Tuesday, September 21, marked the Grand Opening of the National Museum of the American Indian in Washington, DC, an event attended by the largest gathering of First Nations people ever to assemble in the nation’s capital.
All across the mall, the crowd celebrated unity in diversity. But what of the museum itself, fifteen years and $219 million in the making? As is often the case with inherited property, the museum and the history it embodies have engendered darker and more divisive opinions among those it’s meant to represent.
It is not lost on the Indian community that the government has found the money to create a showcase for the best of American Indian culture but has opposed programs to educate Indian children and to provide Indians with decent healthcare and housing. It has generally refused to offer any means of compensation for its historic devastation of the Native American way of life.
Clyde Bellecourt, who helped found the militant American Indian Movement in Minnesota in the late 1960s, came to Washington prepared to protest the offering of an official apology during the museum’s opening ceremony. Drafted by Senators Daniel Inouye and Ben Nighthorse Campbell, the “Resolution of Apology to Native People, S.J. Res. 37” ends with the disclaimer: “Nothing in this Joint Resolution authorizes any claim against the United States or serves as a settlement of any claim against the United States.”
“This museum,” Bellecourt proclaimed, “should be called The National Museum of the American Indian Holocaust…. Right now, over at the Mall of America, in Minnesota, where I live, they’re digging up the bones of my ancestors.” He was concerned that the praises of indigenous resilience would be sung by those who ignore the poverty still plaguing Native communities.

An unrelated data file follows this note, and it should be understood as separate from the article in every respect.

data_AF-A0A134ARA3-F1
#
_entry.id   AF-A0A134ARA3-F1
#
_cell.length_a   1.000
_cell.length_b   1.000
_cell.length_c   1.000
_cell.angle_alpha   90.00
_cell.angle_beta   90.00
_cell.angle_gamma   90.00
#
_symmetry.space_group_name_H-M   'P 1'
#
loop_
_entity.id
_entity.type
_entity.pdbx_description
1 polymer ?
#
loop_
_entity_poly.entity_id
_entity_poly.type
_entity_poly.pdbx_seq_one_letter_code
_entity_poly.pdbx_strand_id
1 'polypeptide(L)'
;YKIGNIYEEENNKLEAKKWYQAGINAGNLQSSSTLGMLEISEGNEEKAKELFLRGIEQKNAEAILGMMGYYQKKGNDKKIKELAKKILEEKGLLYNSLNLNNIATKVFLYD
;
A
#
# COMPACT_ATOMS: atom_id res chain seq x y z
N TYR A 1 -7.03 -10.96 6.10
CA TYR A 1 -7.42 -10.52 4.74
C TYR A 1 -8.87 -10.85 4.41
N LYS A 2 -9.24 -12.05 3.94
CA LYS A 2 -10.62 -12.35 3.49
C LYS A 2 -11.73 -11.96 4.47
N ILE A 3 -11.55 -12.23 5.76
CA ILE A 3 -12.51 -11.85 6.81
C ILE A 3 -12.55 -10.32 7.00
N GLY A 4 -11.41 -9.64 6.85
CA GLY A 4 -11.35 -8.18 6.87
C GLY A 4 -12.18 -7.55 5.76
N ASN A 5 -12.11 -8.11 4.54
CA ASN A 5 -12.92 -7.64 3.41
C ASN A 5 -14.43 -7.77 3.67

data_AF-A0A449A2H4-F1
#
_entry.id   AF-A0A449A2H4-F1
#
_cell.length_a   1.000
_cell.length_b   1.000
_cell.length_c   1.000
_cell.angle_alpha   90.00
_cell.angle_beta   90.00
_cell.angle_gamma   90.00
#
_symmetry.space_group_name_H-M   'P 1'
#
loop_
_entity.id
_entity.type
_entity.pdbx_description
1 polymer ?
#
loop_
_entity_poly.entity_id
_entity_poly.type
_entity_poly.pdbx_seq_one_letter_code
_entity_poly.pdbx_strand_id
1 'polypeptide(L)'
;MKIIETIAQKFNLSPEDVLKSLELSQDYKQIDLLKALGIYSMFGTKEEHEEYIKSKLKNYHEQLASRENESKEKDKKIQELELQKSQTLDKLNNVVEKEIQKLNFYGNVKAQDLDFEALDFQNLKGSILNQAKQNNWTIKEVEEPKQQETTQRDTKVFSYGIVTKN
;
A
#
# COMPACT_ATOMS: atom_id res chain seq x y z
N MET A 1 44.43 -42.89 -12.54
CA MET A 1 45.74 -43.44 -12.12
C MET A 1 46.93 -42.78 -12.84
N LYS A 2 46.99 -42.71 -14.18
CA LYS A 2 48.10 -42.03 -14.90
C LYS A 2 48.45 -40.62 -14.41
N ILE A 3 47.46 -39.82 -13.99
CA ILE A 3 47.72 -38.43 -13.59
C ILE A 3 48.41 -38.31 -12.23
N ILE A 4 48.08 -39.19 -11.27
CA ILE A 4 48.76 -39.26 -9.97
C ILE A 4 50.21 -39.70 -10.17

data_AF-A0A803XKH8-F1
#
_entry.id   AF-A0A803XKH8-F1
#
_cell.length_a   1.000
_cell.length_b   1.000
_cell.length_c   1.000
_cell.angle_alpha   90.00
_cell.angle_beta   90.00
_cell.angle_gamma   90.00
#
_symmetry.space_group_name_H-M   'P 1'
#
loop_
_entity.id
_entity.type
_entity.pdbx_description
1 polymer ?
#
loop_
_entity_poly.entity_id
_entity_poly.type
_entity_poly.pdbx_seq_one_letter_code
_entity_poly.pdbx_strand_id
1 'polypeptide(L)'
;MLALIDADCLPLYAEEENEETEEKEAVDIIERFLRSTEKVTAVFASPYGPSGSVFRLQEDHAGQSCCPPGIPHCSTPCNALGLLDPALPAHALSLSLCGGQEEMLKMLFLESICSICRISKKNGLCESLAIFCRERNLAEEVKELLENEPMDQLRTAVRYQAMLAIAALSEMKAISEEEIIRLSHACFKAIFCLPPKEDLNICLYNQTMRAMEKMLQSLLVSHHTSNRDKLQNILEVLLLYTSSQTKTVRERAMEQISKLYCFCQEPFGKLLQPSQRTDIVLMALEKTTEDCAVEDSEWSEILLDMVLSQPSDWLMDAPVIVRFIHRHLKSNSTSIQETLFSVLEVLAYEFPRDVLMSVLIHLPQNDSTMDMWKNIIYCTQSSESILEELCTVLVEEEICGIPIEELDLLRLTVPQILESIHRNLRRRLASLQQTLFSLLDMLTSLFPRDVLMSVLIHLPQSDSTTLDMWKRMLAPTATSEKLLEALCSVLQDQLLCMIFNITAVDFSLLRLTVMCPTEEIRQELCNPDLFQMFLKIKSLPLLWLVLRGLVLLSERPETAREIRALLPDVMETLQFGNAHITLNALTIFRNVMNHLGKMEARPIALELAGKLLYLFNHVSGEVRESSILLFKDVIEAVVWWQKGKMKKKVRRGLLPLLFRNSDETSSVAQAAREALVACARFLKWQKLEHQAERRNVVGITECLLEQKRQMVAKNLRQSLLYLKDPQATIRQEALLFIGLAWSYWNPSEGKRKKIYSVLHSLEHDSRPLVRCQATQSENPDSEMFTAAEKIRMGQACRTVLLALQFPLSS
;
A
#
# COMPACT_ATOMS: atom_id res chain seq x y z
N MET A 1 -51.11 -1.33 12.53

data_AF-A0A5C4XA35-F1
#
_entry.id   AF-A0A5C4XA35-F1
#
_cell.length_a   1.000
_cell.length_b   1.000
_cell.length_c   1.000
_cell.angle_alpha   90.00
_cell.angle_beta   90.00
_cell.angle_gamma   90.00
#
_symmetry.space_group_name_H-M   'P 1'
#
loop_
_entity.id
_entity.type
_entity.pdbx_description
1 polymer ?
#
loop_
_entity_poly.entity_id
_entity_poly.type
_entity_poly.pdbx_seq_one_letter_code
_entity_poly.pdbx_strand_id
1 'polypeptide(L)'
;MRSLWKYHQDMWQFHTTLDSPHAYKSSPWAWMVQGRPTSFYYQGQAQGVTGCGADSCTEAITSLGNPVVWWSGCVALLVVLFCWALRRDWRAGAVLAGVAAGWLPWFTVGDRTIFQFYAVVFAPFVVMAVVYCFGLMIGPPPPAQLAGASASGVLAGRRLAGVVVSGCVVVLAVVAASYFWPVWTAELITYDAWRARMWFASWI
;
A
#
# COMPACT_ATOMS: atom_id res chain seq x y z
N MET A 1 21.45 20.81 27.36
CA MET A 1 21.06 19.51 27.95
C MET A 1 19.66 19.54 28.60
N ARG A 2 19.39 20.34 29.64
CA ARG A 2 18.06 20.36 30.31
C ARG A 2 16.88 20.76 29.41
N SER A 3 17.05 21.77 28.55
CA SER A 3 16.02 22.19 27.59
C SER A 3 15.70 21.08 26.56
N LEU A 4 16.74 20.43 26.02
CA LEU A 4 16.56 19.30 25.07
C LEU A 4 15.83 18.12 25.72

Senator Campbell’s politics, in particular, have earned him the nickname Ben “Nightmare” Campbell among some in the Indian community. In 1995 he switched his allegiance to the Republican Party because, he said, “I was tired of giveaway programs. And I think Indian tribes are a good example of people that have been almost forcefully made dependent on federal programs.”
Bellecourt, on the other hand, wants to know how the Bureau of Land Management managed to misplace what he estimates to be some $200 billion owed to the American Indians to “lease” their lands, while the federal government files successive appeals against indigenous claims of broken treaties.
The weekend before the museum’s opening, close to the Washington Mall, a much smaller group of Native Americans pitched tepees and participated in a less spectacular event, the eleventh annual interfaith conference known as the Prayer Vigil for the Earth. At the vigil, prayers were offered to honor each of the four cardinal directions, a central concept shared by many indigenous spiritual traditions.